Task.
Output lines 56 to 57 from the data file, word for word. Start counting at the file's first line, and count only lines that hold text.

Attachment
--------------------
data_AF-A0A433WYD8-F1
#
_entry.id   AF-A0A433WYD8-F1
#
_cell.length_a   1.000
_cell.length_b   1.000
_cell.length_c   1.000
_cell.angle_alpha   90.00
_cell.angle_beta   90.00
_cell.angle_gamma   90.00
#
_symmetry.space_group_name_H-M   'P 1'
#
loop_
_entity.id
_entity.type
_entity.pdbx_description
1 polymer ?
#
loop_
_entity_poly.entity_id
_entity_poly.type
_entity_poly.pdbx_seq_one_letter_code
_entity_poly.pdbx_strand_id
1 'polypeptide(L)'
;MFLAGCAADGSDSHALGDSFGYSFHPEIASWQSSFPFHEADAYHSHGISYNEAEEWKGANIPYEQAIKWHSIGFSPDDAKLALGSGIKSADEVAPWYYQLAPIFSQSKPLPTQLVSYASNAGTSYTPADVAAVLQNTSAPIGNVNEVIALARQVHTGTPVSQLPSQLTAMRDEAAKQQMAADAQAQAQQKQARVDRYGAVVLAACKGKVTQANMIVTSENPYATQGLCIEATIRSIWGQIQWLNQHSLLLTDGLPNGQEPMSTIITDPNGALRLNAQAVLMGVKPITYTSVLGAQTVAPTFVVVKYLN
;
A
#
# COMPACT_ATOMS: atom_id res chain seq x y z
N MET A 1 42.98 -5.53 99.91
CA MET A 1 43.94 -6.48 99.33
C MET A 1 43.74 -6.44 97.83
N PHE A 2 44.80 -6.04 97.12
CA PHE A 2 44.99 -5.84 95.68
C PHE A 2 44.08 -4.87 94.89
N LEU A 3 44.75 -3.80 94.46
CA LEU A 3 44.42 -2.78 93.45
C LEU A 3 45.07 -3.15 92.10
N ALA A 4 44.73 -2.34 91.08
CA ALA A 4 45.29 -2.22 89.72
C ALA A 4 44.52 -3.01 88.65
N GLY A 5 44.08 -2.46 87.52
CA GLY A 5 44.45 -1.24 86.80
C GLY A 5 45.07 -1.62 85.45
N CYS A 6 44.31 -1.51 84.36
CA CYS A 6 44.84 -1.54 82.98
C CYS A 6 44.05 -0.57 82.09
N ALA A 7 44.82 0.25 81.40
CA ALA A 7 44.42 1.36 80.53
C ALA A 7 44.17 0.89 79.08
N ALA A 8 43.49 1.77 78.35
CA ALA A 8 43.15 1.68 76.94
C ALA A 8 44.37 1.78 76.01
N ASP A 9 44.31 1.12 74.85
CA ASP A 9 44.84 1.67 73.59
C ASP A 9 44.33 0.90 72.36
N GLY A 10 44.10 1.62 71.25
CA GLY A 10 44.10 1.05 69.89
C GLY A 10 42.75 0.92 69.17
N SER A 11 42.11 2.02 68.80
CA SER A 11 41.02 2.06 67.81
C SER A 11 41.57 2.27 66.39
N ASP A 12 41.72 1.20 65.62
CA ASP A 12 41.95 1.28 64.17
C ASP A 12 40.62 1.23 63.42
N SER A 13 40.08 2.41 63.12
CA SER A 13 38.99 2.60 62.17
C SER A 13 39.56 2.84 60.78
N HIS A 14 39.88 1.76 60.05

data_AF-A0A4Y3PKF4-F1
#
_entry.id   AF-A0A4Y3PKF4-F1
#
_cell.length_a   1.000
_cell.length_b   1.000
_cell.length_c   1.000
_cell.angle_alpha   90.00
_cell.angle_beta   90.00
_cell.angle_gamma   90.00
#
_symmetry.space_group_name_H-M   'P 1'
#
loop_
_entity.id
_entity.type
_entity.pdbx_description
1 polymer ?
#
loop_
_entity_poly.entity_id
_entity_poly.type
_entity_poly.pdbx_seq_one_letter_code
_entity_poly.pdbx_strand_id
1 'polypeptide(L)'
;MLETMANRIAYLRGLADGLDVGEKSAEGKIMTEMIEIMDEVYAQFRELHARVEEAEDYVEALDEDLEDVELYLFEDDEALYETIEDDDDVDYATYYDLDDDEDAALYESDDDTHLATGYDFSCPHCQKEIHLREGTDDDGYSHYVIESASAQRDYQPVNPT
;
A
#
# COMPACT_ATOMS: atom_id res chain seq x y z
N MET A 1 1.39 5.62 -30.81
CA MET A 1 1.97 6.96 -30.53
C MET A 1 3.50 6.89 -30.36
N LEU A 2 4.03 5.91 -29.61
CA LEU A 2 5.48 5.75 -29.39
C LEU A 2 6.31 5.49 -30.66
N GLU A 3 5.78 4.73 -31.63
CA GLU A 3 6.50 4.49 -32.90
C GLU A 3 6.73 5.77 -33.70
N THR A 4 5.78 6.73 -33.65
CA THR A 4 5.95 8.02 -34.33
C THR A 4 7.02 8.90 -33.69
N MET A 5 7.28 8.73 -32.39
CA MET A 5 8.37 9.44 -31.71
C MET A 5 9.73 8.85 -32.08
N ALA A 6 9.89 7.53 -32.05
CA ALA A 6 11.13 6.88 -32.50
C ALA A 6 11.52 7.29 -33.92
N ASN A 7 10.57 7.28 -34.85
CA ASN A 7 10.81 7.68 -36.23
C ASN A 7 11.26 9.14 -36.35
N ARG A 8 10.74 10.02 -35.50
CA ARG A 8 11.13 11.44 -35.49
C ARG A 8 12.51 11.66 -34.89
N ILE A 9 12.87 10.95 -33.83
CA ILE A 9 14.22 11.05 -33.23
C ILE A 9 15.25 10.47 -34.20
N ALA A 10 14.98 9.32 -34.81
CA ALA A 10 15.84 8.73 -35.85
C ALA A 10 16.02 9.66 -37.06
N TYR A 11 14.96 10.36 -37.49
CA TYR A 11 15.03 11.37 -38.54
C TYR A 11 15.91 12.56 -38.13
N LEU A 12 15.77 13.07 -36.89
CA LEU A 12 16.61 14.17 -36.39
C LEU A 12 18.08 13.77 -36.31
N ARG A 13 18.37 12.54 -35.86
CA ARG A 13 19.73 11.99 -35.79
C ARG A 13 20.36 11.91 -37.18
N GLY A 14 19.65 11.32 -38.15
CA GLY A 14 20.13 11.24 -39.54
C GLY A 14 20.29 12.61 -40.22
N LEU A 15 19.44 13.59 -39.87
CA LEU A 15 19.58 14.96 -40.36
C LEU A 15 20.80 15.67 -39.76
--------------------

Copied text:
CA ASP A 9 44.84 1.67 73.59
C ASP A 9 44.33 0.90 72.36